Climbing Mount Amos is the most challenging of the Wineglass Bay walks and the most difficult bushwalk I’ve ever done but the panoramic views are unbeatable and absolutely worth the effort!
Wildlife & nature
The Freycinet National Park is home to a wide variety of native Australian wildlife like wallabies, quolls, possums, echidnas, wombats, black swans, sea eagles, seals, and if you’re lucky, Tasmanian Devils. Unfortunately, the population of Tasmanian Devils has been decimated by Devil Facial Tumour Disease and numbers are severely reduced.
In winter, whales swim past the coast and there are some great lookout points for whale watching.
The beach at Wineglass Bay is perfect for swimming and kayaking is a popular way to explore the Freycinet National Park from Coles Bay. The calm waters and picturesque scenery make it a popular spot for tourists and locals alike, especially in the summer months.
Tasmania is known for its wine, and visitors to Wineglass Bay can take advantage of the nearby wineries for tastings and tours. The region is particularly known for its Pinot Noir, Reisling and Chardonnay.
On the East Coast wine trail, you can’t miss the Devil’s Corner Winery. You can stop for lunch here and admire the stunning view of Moulting Lagoon from the lookout. The Spring Vale Vineyard and Gala Estate are a half hour’s drive from Coles Bay and the Milton Vinyard is another great place for wine tasting near Wineglass Bay.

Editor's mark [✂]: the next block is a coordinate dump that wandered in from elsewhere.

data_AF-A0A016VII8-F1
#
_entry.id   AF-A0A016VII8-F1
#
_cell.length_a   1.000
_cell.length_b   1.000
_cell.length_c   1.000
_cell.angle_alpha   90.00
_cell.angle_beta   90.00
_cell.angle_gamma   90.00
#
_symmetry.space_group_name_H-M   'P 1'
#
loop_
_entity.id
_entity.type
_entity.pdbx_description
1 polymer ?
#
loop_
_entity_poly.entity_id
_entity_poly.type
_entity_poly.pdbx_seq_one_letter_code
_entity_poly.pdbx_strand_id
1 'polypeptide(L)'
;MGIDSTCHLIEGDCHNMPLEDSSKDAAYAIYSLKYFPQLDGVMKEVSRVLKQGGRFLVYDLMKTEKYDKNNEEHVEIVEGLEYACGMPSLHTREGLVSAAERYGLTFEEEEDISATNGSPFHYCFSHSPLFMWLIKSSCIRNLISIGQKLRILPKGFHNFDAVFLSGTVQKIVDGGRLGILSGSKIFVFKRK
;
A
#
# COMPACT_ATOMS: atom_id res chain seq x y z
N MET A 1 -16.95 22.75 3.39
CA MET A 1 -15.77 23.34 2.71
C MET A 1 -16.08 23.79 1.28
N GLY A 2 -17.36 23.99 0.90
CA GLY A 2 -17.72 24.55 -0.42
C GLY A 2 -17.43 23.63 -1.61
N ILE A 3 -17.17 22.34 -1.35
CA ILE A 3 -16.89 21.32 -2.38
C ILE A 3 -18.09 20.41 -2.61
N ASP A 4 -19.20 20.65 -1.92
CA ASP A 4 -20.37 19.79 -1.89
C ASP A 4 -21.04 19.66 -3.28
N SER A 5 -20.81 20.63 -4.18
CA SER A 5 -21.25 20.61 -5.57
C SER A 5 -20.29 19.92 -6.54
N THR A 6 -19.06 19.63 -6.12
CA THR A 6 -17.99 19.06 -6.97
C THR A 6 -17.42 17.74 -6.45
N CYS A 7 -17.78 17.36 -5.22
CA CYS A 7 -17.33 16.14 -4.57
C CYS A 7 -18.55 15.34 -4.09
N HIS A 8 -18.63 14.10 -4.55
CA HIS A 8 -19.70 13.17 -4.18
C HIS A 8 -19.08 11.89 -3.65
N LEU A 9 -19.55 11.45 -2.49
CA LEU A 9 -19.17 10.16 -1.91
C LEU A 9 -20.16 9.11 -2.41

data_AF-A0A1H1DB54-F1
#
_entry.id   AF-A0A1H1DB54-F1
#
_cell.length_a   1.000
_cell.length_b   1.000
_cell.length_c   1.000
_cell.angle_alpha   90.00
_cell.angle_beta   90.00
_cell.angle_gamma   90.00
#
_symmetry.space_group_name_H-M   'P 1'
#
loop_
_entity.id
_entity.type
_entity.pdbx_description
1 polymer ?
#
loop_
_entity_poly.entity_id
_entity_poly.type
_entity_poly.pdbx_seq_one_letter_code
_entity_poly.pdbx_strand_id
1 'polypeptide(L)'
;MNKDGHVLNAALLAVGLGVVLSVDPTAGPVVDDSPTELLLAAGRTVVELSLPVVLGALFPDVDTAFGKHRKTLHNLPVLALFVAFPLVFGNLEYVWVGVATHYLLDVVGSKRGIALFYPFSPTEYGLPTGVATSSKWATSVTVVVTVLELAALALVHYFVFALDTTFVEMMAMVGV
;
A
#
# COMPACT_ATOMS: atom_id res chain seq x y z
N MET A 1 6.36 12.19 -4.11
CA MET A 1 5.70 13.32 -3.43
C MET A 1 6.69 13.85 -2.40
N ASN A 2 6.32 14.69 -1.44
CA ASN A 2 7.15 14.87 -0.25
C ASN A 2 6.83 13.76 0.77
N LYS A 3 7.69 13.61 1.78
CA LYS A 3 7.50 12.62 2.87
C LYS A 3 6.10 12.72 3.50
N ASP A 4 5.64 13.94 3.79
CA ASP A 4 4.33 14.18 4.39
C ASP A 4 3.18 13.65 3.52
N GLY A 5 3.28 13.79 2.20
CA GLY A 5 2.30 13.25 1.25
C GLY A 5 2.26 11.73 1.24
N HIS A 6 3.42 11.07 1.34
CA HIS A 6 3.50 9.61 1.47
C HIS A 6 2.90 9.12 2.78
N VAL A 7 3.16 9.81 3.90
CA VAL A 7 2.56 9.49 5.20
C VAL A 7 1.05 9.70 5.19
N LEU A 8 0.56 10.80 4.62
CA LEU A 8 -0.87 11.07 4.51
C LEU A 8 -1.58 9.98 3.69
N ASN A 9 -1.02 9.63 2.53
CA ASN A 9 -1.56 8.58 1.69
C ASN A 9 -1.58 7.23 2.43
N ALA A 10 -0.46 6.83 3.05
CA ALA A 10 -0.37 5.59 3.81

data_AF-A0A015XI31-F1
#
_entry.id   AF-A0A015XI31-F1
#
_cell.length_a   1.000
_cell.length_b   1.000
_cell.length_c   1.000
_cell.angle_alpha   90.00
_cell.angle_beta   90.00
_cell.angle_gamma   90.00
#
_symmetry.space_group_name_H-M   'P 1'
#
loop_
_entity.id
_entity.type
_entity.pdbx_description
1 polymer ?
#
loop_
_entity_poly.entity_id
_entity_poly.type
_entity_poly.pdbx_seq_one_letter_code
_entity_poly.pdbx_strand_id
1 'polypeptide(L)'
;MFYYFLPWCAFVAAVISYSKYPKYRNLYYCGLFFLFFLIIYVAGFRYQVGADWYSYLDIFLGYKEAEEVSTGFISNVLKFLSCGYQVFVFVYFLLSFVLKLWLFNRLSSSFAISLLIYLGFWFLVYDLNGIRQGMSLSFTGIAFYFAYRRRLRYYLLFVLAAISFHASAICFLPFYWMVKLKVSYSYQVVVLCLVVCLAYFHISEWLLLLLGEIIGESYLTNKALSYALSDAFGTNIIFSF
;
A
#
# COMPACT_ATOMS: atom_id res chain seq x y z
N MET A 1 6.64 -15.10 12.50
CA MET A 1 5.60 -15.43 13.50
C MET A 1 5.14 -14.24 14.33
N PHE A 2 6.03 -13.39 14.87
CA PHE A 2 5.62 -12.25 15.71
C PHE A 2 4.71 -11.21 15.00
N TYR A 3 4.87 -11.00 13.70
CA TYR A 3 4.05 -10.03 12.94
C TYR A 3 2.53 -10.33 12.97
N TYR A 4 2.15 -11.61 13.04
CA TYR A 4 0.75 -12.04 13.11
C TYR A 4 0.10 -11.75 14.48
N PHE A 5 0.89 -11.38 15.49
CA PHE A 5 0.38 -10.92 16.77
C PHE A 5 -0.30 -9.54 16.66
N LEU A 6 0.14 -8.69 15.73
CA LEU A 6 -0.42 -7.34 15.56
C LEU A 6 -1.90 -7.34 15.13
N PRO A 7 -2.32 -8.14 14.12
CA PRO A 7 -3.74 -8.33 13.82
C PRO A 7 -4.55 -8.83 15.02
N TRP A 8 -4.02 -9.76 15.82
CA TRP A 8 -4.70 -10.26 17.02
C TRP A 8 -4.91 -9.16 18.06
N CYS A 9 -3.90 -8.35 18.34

For a truly breathtaking view of Wineglass Bay and the surrounding area, visitors can take a scenic flight over the Freycinet Peninsula. A scenic flight offers a unique perspective of lovely Wineglass Bay and the stunning coastline and mountains in the area.
Add some excitement to your trip on a Wineglass Bay & Maria Island Scenic flight. Experience the spectacular scenery of Tasmania’s east coast from the air and fly in a small plane over Wineglass Bay and Maria Island (This tour departs from Cambridge)
When to visit
The warmer summer months from December to February, are the most popular for visiting Tasmania. But the shoulder seasons in spring (October / November) and autumn (March / April) are also great times to visit.
In summer Freycinet is overrun with tourists but off-season there are far fewer visitors to Wineglass Bay in Tasmania. In winter it’s entirely possible to visit Wineglass Bay Beach and be the only person there. The winter weather is cooler with top temperatures of 14°C or 15°C (57°F – 59°F) and there’s less rain.
I was at Wineglass Bay in early April. I had glorious sunny days and cool nights, ideal for hiking and not too cold for camping on the East Coast.
TIP: In April the weather was perfect in Wineglass Bay and on Tasmania’s east coast. But it was cold and wet on the western side of the island at Cradle Mountain & Mount Field National Park and not good for camping.
Coles Bay Tasmania
The small town of Coles Bay in Tasmania nestles beneath the Hazards mountains just outside the Freycinet National Park. Coles Bay has a few local shops, hotels, restaurants and a campsite. It’s a very small town and is the main entry point for Wineglass Bay and the Freycinet National Park.
You can drive into the National Park but stick to the slow speed limits and watch out for wildlife. I was saddened to see so many native animals hit by cars on my road trip through Tasmania. It’s such an unnecessary waste of life. So take care and avoid driving at night if possible.
Where & what to eat